Cossman: No, they haven’t complained. And 17-year-olds really aren’t looking at printed documents. They are just not. All the coaches have to do is pull out their iPads on an in-house visit and show it to the recruits. And the NCAA isn’t legislating what is done online so that door is open, which is good and bad. It makes it difficult because you are recruiting against schools that are just blowing stuff out of the water with their online content. I’d guess that eventually the NCAA will probably restrict it.

MVictors: So you also handle publishing the football game programs. How many programs do you publish for a given game?

Cossman: It varies on the opponent, the time of the year, and the weather. Once it hits November and it’s raining or snowing, no one buys them because they’d get ruined. Typically the first game of the season is the biggest run and that might be around 10,000.

Every so often we’ll do a commemorative program and they do great. We did one for the Ohio State game in 2003. In addition to the regular content we had a special section up front that covered the history of the Ohio State-Michigan rivalry. I was out of town that day but I got a call before the game started that they sold out. We went back and reprinted.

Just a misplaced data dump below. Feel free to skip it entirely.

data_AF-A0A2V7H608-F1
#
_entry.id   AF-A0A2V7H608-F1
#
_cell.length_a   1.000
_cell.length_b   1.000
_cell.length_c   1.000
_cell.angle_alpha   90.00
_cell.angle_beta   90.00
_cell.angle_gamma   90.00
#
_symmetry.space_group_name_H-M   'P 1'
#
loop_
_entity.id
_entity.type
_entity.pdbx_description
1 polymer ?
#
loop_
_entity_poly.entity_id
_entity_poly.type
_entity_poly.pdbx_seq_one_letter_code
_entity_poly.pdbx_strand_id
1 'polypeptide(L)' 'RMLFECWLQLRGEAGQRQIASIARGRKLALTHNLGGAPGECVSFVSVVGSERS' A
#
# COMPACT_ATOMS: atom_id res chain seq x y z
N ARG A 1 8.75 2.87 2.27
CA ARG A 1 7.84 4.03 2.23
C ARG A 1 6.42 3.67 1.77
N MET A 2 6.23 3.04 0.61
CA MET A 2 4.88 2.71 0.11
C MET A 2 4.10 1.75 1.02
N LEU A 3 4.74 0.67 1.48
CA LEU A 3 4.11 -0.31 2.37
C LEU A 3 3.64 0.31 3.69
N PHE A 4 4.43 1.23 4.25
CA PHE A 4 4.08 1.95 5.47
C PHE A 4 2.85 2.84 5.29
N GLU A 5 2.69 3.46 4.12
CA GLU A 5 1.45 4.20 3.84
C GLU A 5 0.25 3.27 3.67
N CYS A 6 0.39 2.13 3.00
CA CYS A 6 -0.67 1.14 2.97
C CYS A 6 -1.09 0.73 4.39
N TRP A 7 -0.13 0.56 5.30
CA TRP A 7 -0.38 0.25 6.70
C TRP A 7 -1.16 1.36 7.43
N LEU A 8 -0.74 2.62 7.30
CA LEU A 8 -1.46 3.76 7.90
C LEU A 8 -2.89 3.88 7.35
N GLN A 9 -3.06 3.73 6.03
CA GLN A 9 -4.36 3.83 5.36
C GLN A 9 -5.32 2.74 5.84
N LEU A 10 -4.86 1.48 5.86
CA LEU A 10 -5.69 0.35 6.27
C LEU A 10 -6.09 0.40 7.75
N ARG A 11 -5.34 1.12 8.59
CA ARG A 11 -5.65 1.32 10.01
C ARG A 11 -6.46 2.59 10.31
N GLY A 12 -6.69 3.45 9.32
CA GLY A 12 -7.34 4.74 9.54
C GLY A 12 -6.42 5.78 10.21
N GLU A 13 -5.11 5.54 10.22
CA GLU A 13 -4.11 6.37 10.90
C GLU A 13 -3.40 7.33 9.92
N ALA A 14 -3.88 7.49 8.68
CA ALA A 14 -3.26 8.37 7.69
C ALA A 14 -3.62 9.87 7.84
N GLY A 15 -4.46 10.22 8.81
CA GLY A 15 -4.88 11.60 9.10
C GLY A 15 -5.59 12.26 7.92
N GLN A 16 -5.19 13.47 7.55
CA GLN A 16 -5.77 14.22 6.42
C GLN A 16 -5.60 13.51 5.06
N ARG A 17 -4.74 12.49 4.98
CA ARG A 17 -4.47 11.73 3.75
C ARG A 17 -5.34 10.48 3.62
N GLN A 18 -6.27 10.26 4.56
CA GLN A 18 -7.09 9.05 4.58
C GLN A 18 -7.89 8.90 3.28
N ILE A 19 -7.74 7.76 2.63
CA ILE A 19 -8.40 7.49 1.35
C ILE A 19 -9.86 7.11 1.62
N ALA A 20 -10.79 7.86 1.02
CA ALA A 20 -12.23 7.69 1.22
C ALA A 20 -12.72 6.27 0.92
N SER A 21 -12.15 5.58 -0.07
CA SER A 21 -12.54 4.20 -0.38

MVictors: So do the sales of the programs cover your cost?

Cossman: Well, really we [the athletic department] have no cost. We have an agreement with our publisher that they cover the printing of the program but they retain all the advertising sales. In return, we retain all the vending. But if we do a special commemorative program, the special sections are out of our pocket.

MVictors: Do you see the program itself, or other services tied to the program, changing in the near future?

Cossman: We’ve talked about a lot of ideas. We recently talked to some folks about an Android and iPhone app that a lot of major publishing companies and magazines are currently using. We’re always trying to make technology work to our advantage at the athletic department. So I do see a future with digital content in some form.

MVictors: A lot people collect programs and Michigan, over the years, has produced beautiful program covers that are coveted by collectors. There is a nostalgic tie to the game programs for many fans—do you see them going away anytime soon?